1 Advent B – November 30, 2014
Isaiah 64:1-9; Psalm 80:1-7, 16-18; I Corinthians 1:1-9; Mark 13:24-37
Homily preached by the Rev. Canon Linda S. Taylor
I think in pulpits all across this country a lot of preachers are talking about the decision of the grand jury in Ferguson, and I decided that I was not going to preach on that. Monday night, when I heard the news, all of me just kind of turned off. I didn’t want to go there, I didn’t want to talk about it, and I didn’t want to listen to it. I knew that all over this country there would be demonstrations—that there would be more hurt—more damage—more anger—more fear—and I did not want to go there. There’s no part of me that wanted to go there, so I didn’t listen to the news. When NPR would talk about it, I just turned it off. I didn’t read the newspaper; I just did my puzzle page. I didn’t want to go there.
And then on Thursday morning, my daughter’s sister-in-law posted on Facebook. She posted something by Benjamin Watson. Benjamin Watson. He’s a tight end for the New Orleans Saints. He’s way tall. He’s 34, he’s been married about eight years, and he and his wife Kristen have four children—aged four, three, two and not quite one. And he is a Christian. And after the decision was made known, Benjamin had to go play—he had to go work—he had to do Monday night football. And he needed to deal with what he was feeling and what he was experiencing, and there was no way that he could talk with people before he had to go to work, so he wrote about what he was feeling. He wrote about his feelings, and he wrote a line or two about the context for each of those feelings. He wrote about his anger, his fear, his frustration. He wrote about his sadness and his sympathy and his feeling of being offended. And he wrote about his introspection and his confusion and his hopelessness. What really drew me to these feelings was one particular one: his feeling of being sympathetic.
He wrote that he didn’t know whether Darren Wilson was doing the best he could as a peace officer. He didn’t know whether he was doing what he had to do in the line of duty or if he had provoked the argument with Michael Brown. He said: I don’t know what happened. And that really caught my attention, because we all always know. We read about something in the newspaper, and we know what happened. We know what they were thinking, we know what they were feeling, because that’s the way we work. When I meet somebody—you know, five seconds later, I know who they are, I know what they’re thinking, what they’re feeling, what their problem is, what they need from me—I know all of that—before I even start listening, because that’s the way we are. Some people might call it projection. That’s when we put all our stuff out there into somebody else. Things that we don’t even know we’re dealing with go out there into someone else. Our demons—we see in someone else. We see that in the reading from Isaiah this morning. The people cry: God has hidden from us, so we’ll transgress. When did God ever hide from us? God doesn’t hide from us. We hide from God. We hide our faces from God.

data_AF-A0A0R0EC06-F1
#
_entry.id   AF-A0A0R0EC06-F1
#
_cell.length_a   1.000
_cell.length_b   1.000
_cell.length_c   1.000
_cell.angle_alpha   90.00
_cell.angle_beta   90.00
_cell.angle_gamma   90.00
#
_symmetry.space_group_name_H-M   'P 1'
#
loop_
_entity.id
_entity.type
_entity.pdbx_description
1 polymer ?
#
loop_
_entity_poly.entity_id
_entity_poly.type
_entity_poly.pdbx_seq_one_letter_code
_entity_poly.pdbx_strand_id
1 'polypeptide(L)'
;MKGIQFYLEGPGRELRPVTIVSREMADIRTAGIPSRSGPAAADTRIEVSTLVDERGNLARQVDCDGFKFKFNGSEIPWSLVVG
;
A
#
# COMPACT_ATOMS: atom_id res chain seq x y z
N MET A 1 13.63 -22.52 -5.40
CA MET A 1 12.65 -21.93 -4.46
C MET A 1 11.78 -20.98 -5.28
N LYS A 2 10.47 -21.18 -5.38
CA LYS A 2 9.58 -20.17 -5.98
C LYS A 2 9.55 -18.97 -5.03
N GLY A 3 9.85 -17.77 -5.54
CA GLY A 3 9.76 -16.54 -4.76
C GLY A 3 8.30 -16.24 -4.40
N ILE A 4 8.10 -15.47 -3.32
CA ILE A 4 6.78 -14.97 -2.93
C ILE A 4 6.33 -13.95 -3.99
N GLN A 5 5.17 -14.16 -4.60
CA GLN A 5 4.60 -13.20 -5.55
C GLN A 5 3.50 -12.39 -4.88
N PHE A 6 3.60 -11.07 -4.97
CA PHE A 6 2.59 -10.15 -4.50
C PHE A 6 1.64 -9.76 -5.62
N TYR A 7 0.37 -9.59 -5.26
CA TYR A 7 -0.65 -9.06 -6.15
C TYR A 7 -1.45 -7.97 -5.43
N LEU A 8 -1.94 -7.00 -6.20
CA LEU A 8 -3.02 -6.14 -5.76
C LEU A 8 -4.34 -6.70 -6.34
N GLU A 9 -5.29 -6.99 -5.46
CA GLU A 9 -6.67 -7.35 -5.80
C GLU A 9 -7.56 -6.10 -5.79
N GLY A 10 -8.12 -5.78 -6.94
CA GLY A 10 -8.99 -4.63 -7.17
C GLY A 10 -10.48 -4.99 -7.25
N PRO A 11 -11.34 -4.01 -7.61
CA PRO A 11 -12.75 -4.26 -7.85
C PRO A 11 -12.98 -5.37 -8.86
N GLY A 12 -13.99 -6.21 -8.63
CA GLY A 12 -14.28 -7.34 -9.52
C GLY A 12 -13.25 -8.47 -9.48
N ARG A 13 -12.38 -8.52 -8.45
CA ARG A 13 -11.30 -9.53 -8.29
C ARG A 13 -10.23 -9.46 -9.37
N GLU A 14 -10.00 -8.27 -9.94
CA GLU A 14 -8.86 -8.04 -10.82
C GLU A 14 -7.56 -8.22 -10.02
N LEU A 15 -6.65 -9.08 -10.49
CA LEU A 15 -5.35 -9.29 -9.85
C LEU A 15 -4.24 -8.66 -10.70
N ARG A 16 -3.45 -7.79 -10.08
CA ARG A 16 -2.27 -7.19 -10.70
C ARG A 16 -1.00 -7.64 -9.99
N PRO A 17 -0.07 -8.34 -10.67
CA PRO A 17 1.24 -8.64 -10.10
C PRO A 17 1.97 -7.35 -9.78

We don’t know what happened that day when Michael and Darren were in that conflict, but we do know some things about that day. We know, for instance, that neither of them woke up knowing what was going to happen. Darren didn’t wake up thinking “I’m going to kill somebody today,” and Michel didn’t wake up thinking, “This is the day I’m going to die.” We know that earlier that morning, Michael was talking with a group of workers about Jesus. We know that one of Darren’s first calls that morning was a 911 call, because a baby was running a fever, and I can imagine those parents not knowing what to do—I was a parent at 18, and I was lucky to have family around, but I can imagine what would have happened if I didn’t and my child was running a fever. So they called 911, and Darren was the one who showed up. And when you respond to a 911 call, you never know what’s behind the door, but he went to that door, and he opened it, and he helped that family.